The Blue Waters graduate fellowship provides enough money to fund his education, letting Robert Cieri focus solely on his research. More importantly, said Robert Cieri, the fellowship provided access to the leadership-class Blue Waters supercomputer.

"This access has been transformative to my research, as it has allowed me to run more models than I could do with just campus resources, and increase the number of hypotheses I can test in my research. We're trying to understand what direction the air is flowing through these lungs and how the structure determines the airflow patterns. The best way we've found to do that,is to use computational fluid dynamics (CFD) simulations. We create computational mesh based on the lung geometry of that species, then using the software that engineers have developed to predict the airflow around cars or through air ducts , simulate how air would flow through the lung and then validate those simulations on real lungs."

"This is better than trying to measure the airflow direction on a real lung, because many reptile real lungs are really small, complicated and very fragile structures. Once I have one of these models built, I can go in and change some stuff - what if we move this wall to that wall, what if we close off the main chamber, what if we make this hole three times bigger - and that's allowing us to have a lot of experimental opportunities to ask questions about how these lungs are working. These models are very computationally expensive, so I need to have a large computing allocation to do them. As a Blue Waters fellow, I've had the opportunity to ask more questions. As a biologist, this makes me happy."

Robert Cieri said he usually runs on 96 Blue Waters compute nodes at once, as he's discovered that's the most efficient size for his models. The simulations anywhere from 24-100 hours.

"Nature didn't make the lungs simple, the models are very complex", explained Robert Cieri. "Each model has roughly one million elements. What makes them complicated is that we’re making the lungs breathe, in a lot of CFD simulations you just have air flowing through a solid structure or a static structure, it's not moving. But since the animals are breathing, we're trying to have the meshes expand and contract and then that expansion and contraction causes the flow and is part of the reason the reason they're so computationally expensive."

The work Robert Cieri is doing is fundamental research, although he says it could one day potentially be applied to develop better artificial lungs.

"Biologists have wanted to know how bird reptile lungs work for years. But we didn't have a good methodology to answer the question because lungs are fragile, you try to measure things they break, if you try to put some type of recording device in there you can't always trust your measurements because you're bending the lung around and moving it, and many tests taking the lung out of an animal and running an intervention on a delicate structure.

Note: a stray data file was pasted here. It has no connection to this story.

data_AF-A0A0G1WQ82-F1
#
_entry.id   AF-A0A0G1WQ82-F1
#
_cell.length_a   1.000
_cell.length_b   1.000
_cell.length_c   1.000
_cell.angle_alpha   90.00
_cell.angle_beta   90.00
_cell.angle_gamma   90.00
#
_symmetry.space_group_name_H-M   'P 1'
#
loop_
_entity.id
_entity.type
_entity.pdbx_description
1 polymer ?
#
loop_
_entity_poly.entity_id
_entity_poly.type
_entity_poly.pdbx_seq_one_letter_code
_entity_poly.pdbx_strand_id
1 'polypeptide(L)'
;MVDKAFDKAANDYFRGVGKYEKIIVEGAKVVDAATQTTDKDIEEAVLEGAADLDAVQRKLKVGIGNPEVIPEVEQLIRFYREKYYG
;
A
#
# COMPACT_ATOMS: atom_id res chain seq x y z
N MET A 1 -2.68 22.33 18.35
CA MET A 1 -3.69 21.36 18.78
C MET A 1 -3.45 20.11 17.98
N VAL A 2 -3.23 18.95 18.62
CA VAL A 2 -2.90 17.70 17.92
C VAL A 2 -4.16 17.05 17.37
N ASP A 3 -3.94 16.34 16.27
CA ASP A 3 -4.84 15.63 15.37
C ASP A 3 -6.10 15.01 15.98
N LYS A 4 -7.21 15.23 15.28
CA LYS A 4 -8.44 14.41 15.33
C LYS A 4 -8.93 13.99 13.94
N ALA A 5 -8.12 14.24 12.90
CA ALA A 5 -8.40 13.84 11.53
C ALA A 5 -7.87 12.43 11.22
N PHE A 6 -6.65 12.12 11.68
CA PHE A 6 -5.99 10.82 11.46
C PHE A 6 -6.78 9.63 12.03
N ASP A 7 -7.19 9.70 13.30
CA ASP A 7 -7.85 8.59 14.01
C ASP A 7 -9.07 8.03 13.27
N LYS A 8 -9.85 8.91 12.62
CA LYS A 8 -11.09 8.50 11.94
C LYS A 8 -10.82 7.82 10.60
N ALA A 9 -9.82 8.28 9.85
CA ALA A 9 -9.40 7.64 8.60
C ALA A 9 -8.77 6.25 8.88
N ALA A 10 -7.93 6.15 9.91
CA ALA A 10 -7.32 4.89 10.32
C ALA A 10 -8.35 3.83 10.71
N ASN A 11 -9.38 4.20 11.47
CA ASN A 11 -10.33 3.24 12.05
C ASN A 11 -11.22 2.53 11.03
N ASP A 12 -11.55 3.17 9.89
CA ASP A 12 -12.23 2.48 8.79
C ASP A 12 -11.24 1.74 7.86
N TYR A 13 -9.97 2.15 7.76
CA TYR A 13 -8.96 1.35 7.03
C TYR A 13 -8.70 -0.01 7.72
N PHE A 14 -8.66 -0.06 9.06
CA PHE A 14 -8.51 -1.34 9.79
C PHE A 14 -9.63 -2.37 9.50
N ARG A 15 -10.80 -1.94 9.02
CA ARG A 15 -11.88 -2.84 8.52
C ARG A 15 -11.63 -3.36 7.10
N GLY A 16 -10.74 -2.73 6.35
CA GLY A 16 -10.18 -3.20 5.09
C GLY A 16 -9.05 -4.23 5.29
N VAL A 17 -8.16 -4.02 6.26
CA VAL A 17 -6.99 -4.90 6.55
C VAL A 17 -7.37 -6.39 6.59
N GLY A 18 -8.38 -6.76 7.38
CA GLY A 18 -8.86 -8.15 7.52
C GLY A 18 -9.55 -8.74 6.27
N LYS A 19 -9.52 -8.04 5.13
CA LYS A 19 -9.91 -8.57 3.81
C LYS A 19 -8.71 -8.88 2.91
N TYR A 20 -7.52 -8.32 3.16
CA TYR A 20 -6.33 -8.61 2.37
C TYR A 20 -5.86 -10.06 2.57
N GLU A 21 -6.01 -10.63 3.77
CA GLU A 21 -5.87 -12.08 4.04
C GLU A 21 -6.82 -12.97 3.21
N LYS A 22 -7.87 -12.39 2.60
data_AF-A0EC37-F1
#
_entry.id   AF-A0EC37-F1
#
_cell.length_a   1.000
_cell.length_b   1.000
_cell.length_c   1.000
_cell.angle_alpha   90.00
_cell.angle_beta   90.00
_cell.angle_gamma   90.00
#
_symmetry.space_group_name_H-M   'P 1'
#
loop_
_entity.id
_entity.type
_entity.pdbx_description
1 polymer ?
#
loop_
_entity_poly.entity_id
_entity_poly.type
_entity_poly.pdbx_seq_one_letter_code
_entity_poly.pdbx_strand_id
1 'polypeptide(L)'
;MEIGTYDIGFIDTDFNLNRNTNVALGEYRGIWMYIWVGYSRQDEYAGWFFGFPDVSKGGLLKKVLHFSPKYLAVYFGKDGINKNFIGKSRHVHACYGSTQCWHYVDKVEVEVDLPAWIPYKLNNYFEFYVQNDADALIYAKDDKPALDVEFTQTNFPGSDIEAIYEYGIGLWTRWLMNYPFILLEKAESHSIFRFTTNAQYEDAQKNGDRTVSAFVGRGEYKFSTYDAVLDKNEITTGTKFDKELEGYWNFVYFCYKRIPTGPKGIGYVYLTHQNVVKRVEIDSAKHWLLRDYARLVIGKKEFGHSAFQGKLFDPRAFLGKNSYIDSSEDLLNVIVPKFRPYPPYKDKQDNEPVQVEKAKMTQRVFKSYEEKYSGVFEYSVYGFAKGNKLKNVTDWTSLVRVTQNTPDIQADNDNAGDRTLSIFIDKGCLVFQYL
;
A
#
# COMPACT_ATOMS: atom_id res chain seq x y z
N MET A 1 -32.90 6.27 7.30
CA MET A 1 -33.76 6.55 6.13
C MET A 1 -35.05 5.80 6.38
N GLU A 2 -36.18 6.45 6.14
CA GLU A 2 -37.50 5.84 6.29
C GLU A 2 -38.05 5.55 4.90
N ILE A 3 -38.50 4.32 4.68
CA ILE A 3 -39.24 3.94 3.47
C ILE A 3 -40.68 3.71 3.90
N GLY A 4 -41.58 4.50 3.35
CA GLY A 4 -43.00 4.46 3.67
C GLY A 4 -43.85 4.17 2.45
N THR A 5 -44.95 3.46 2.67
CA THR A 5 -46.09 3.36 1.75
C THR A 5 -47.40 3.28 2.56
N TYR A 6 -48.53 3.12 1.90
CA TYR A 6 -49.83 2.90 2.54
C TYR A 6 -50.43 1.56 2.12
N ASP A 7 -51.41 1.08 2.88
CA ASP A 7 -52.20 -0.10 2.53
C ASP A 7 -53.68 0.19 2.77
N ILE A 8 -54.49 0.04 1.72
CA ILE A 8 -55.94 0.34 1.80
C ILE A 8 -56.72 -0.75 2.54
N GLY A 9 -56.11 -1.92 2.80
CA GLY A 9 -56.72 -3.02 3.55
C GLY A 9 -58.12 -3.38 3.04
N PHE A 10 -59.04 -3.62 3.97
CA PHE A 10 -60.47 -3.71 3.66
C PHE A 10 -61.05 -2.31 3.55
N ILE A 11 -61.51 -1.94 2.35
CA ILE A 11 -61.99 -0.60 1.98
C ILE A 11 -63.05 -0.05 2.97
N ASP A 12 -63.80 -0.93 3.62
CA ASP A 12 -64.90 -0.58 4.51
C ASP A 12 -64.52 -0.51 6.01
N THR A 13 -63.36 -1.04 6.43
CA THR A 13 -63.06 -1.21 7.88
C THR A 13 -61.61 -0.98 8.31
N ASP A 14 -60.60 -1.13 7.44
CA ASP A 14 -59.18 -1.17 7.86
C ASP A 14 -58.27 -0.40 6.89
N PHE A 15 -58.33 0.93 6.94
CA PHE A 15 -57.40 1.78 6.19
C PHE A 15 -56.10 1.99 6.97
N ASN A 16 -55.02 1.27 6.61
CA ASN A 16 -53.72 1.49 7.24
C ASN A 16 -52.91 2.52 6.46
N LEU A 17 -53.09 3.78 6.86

HPC has made this research possible, because without the simulation techniques that are accurately able to replicate the flow pattern from CT scan data or imaging data, my PhD wouldn't be possible. My work represents how research can pull together techniques from multiple fields, and how interesting melding biology and engineering and physics can be."

Source: National Center for Supercomputing Applications - NCSA

Back to Table of contents

Primeur weekly 2019-08-19

Focus

Close to 800 million funding allocated to 119 HPC related research projects in European H2020 programme ...

Exascale supercomputing

Cray announces Shasta software to power the exascale era ...

DOE/NNSA and Lawrence Livermore National Laboratory announce partnership with Cray to develop NNSA's first exascale supercomputer ...

Focus on Europe

GW4 supercomputer Isambard can compete with Intel ...

Middleware

Taashee Linux Services joins Bright Partner Programme to bring clustered infrastructure management to Indian customer base ...

Hardware

Huntsville Center programme procures mobile, containerized supercomputer for Defense Department ...

Blue Waters computational resources available through 2020 ...

E4 Computer Engineering delivers AMD EPYC 7002 series processor solutions to customers, setting a new standard for the modern data centre ...

ScaleMP delivers AMD EPYC 7002 series processor solutions to customers, setting a new standard for the modern data centre ...

Grant and gift totaling more than $11 million will accelerate high-performance computing at IACS ...

Tachyum joins PCI-SIG in support of mission to satisfy performance needs of data centre, AI and HPC workloads ...

GRC launches the ICEraQ Micro, an immersion cooled micro-modular data centre solution ...

Applications

Predicting the risk of cancer with computational electrodynamics ...

Virtual 'Universe Machine' sheds light on galaxy evolution ...

Simulating blood flow at the cellular level ...

CANDLE illuminates new pathways in fight against cancer ...

Breathe in, breathe out? It's complicated ...

Brookhaven Lab and University of Delaware begin joint initiative ...

US Department of Energy to offer a sneak peek of tomorrow's Artificial Intelligent technologies ...

Subaru Corporation and ANSYS power the future of hybrid electric vehicle design ...

Supercomputing prodigies win prestigious honours ...

The Cloud

Nimbix launches HyperHub to enable point-and-click supercomputing across public, hybrid, and multiple Clouds ...